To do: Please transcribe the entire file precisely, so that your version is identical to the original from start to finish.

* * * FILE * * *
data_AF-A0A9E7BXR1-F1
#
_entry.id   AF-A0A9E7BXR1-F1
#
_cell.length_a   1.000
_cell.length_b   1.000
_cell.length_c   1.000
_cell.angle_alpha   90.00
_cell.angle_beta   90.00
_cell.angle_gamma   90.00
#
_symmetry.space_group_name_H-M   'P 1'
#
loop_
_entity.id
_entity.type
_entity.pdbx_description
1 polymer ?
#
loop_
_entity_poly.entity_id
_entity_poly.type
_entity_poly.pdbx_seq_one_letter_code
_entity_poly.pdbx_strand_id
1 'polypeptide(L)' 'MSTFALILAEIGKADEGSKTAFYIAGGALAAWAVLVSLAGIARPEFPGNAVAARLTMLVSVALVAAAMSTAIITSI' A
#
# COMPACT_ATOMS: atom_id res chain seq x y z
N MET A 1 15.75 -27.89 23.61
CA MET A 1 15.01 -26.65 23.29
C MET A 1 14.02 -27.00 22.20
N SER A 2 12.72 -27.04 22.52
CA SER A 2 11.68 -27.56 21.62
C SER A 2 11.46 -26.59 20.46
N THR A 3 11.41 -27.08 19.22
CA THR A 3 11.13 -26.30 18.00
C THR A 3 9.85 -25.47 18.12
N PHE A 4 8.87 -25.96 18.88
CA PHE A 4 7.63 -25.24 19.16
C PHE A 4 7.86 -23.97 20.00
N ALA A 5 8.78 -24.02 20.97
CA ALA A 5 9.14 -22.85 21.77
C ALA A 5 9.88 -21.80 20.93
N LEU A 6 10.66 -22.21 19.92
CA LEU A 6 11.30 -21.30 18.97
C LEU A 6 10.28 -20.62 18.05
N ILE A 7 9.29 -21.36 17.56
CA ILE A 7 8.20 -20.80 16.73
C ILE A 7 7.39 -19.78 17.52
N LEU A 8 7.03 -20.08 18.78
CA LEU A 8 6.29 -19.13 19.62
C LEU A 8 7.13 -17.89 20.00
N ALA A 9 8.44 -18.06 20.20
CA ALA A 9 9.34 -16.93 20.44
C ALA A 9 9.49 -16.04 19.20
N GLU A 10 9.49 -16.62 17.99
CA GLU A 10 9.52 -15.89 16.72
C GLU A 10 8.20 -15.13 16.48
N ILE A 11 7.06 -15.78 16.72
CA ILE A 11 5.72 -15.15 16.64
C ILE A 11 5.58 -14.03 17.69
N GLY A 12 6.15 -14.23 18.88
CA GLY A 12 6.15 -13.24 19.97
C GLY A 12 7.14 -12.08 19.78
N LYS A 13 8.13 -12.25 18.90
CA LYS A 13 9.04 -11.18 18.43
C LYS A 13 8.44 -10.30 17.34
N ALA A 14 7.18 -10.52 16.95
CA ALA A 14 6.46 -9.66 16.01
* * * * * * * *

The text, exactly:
data_AF-A0A9E7BXR1-F1
#
_entry.id   AF-A0A9E7BXR1-F1
#
_cell.length_a   1.000
_cell.length_b   1.000
_cell.length_c   1.000
_cell.angle_alpha   90.00
_cell.angle_beta   90.00
_cell.angle_gamma   90.00
#
_symmetry.space_group_name_H-M   'P 1'
#
loop_
_entity.id
_entity.type
_entity.pdbx_description
1 polymer ?
#
loop_
_entity_poly.entity_id
_entity_poly.type
_entity_poly.pdbx_seq_one_letter_code
_entity_poly.pdbx_strand_id
1 'polypeptide(L)' 'MSTFALILAEIGKADEGSKTAFYIAGGALAAWAVLVSLAGIARPEFPGNAVAARLTMLVSVALVAAAMSTAIITSI' A
#
# COMPACT_ATOMS: atom_id res chain seq x y z
N MET A 1 15.75 -27.89 23.61
CA MET A 1 15.01 -26.65 23.29
C MET A 1 14.02 -27.00 22.20
N SER A 2 12.72 -27.04 22.52
CA SER A 2 11.68 -27.56 21.62
C SER A 2 11.46 -26.59 20.46
N THR A 3 11.41 -27.08 19.22
CA THR A 3 11.13 -26.30 18.00
C THR A 3 9.85 -25.47 18.12
N PHE A 4 8.87 -25.96 18.88
CA PHE A 4 7.63 -25.24 19.16
C PHE A 4 7.86 -23.97 20.00
N ALA A 5 8.78 -24.02 20.97
CA ALA A 5 9.14 -22.85 21.77
C ALA A 5 9.88 -21.80 20.93
N LEU A 6 10.66 -22.21 19.92
CA LEU A 6 11.30 -21.30 18.97
C LEU A 6 10.28 -20.62 18.05
N ILE A 7 9.29 -21.36 17.56
CA ILE A 7 8.20 -20.80 16.73
C ILE A 7 7.39 -19.78 17.52
N LEU A 8 7.03 -20.08 18.78
CA LEU A 8 6.29 -19.13 19.62
C LEU A 8 7.13 -17.89 20.00
N ALA A 9 8.44 -18.06 20.20
CA ALA A 9 9.34 -16.93 20.44
C ALA A 9 9.49 -16.04 19.20
N GLU A 10 9.49 -16.62 17.99
CA GLU A 10 9.52 -15.89 16.72
C GLU A 10 8.20 -15.13 16.48
N ILE A 11 7.06 -15.78 16.72
CA ILE A 11 5.72 -15.15 16.64
C ILE A 11 5.58 -14.03 17.69
N GLY A 12 6.15 -14.23 18.88
CA GLY A 12 6.15 -13.24 19.97
C GLY A 12 7.14 -12.08 19.78
N LYS A 13 8.13 -12.25 18.90
CA LYS A 13 9.04 -11.18 18.43
C LYS A 13 8.44 -10.30 17.34
N ALA A 14 7.18 -10.52 16.95
CA ALA A 14 6.46 -9.66 16.01